Most of the time you’ve already made big changes. Whether that's just being more active. Maybe you’re getting 5,000 steps a day now, whereas before you were getting three thousand. Or maybe you are drinking more water and before they were barely drinking three ounces a day. Maybe you were thinking of creating resources, but now you’ve taken action and started learning how to create those resources the right way. Maybe you are showing up on social media consistently to share your voice rather than consume content.
There are so many wins that we have to focus on instead of just going all out. So starting small when you begin the journey to self care for teachers and stacking those habits is what's really going to help you be successful. Then instead of thinking that you have to do everything today, it can happen over time. And once you make those habits, it's a lot easier to stick to a plan. It's really important to find something you like doing and build that over time. That way you can be consistent with it, sometimes it's important to scale it back and slow down.
That is the season I am in, I want to do all the things. I'm wearing two trackers and I have to walk 10,000 steps. I need to go to the gym five days a week, but I also had meal prep this week. Then I tried to track macros and I actually hired a macro coach. I'm not proud of it because I feel as if I failed miserably because I was overwhelmed. It was so much for me, math is not my thing. And macros involve you having to really understand math. Once I stopped trying to be so exact and perfect with it and just started to really try to understand the basics of everything. Everything started to make a lot more sense and I could build a lot better habits. Instead of saying, I'm working out five days a week, then if I only did three I felt guilty. Now I say I'm going to shoot for three days. If I get more than that, then I'm going to be excited about it. So I love what Brooklyn said. You gotta start small because that is the most important thing in building habits that will last a lifetime.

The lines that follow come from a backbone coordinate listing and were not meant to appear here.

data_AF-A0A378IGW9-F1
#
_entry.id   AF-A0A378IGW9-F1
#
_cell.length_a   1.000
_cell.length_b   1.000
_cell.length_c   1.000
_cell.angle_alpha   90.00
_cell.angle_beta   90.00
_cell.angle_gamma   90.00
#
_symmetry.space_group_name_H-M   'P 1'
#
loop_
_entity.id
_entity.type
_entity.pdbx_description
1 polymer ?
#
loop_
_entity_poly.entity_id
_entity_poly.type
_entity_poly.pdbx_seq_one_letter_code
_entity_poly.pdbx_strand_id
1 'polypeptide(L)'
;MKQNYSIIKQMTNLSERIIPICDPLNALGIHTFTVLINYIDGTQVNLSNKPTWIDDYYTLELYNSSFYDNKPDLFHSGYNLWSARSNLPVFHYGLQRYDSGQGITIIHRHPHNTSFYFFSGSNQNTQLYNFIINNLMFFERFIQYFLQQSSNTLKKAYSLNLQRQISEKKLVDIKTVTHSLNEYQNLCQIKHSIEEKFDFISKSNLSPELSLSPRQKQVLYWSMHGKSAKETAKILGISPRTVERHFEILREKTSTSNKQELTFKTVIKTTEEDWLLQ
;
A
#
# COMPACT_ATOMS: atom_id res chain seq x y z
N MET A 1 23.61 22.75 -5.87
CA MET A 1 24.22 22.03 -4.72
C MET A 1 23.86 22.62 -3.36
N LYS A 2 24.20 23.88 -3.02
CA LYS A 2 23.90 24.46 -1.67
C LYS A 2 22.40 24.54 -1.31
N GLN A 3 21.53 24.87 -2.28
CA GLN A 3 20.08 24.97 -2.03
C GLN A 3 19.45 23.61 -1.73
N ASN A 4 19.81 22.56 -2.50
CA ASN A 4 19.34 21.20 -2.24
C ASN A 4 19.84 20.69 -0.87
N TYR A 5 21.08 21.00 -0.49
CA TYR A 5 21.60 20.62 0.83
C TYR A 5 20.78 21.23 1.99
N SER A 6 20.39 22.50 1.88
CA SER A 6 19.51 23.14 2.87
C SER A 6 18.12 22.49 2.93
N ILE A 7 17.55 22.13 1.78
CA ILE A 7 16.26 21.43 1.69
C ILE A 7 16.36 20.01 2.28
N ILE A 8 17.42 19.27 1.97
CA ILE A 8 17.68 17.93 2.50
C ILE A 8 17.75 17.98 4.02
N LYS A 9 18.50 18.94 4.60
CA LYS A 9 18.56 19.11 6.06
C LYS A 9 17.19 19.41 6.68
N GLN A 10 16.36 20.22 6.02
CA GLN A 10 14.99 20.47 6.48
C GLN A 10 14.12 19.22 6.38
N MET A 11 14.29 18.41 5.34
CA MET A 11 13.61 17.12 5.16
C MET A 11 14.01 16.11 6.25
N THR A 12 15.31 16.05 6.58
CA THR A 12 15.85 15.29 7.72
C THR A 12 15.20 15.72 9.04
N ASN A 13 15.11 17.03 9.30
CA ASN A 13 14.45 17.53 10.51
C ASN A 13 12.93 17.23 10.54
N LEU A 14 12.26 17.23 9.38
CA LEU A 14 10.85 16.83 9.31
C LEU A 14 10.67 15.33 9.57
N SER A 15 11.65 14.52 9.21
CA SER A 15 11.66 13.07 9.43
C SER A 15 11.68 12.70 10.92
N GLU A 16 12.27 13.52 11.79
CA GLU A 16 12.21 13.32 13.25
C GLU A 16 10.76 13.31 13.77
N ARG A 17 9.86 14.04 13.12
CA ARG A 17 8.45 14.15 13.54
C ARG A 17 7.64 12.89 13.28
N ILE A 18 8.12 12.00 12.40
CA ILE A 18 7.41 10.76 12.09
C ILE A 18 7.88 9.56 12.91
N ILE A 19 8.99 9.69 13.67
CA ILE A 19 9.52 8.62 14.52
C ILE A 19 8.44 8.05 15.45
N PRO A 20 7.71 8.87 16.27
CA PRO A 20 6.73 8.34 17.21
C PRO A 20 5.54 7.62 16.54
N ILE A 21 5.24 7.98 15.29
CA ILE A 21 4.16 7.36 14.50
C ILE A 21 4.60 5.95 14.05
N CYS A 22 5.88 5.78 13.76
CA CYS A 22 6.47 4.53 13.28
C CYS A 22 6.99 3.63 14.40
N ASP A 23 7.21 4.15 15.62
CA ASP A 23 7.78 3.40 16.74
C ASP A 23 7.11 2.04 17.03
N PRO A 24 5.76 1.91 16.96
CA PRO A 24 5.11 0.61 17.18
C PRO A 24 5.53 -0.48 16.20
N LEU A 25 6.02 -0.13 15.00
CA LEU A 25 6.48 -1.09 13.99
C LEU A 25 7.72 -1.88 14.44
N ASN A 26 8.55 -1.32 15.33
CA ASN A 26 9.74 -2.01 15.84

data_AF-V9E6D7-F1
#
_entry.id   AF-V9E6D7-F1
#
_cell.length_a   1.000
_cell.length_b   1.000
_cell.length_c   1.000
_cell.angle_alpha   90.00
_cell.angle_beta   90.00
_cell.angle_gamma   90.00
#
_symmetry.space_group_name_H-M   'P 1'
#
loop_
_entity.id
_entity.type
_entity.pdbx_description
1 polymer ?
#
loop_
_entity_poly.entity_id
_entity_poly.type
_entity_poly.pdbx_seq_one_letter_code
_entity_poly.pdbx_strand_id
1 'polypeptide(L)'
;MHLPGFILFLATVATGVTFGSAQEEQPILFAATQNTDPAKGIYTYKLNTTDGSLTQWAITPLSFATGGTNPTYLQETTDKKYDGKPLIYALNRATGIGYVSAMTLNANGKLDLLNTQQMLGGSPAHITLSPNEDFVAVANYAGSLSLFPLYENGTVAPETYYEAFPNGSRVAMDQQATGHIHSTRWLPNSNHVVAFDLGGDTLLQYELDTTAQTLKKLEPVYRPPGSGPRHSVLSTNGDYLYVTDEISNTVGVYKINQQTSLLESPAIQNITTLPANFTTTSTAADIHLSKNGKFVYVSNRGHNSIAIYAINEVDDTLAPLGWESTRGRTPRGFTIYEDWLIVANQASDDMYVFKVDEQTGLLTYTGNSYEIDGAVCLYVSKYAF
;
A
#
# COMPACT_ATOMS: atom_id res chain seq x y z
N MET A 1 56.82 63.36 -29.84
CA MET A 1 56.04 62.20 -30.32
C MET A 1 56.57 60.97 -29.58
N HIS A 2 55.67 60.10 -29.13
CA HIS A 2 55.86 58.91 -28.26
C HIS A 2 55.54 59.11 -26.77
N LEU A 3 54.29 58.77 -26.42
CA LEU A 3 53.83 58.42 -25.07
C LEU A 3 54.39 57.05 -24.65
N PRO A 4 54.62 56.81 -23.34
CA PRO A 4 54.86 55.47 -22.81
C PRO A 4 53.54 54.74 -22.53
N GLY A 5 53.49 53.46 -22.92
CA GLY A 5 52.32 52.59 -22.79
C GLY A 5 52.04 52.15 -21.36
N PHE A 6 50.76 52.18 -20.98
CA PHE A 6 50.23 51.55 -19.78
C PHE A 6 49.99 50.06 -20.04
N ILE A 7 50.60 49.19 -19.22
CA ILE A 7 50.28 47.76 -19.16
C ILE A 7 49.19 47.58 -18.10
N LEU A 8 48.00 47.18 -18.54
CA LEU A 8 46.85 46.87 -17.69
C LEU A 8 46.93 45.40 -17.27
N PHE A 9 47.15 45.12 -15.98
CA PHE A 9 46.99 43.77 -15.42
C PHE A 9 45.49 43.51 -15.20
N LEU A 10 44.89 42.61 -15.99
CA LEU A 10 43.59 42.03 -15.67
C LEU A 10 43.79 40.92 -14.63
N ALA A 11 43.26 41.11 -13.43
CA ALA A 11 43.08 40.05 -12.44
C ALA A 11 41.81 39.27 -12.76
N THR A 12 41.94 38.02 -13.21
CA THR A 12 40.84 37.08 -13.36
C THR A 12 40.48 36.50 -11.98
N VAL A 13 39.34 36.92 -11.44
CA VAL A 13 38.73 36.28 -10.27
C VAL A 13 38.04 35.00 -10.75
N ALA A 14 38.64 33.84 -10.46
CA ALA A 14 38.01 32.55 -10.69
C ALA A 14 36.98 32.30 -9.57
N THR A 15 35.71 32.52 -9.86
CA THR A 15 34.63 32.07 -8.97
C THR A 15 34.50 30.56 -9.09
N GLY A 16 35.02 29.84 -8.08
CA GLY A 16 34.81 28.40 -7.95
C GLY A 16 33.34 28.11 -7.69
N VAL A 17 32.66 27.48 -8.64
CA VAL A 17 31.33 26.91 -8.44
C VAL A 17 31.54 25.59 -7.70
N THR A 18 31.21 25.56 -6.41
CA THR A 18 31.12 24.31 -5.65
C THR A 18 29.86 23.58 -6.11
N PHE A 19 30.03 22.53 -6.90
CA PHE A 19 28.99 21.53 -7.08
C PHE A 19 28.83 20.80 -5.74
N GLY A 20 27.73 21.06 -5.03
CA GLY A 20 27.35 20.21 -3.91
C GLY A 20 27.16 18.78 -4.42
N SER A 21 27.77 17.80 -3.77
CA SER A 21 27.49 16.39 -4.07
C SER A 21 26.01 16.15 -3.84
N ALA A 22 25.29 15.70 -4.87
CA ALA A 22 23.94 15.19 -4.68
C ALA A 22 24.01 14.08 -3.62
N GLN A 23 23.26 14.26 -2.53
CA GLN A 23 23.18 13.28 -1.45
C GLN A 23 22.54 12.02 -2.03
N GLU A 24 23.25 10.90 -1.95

Prove to yourself that you can do it. When you start all these new habits, you really have to prove to yourself that you are going to follow through. This is why it's even more important that they are sustainable and realistic. It's okay if they're a little challenging, but make it something that you can actually do. Setting a step goal for 15,000 a day when right now you're getting 2000, is just not sustainable. And you're just going to feel worse, which isn't going to help. To create realistic goals and stick to them to succeed. ,
Still looking for a way to create habits that promote better self care for teachers: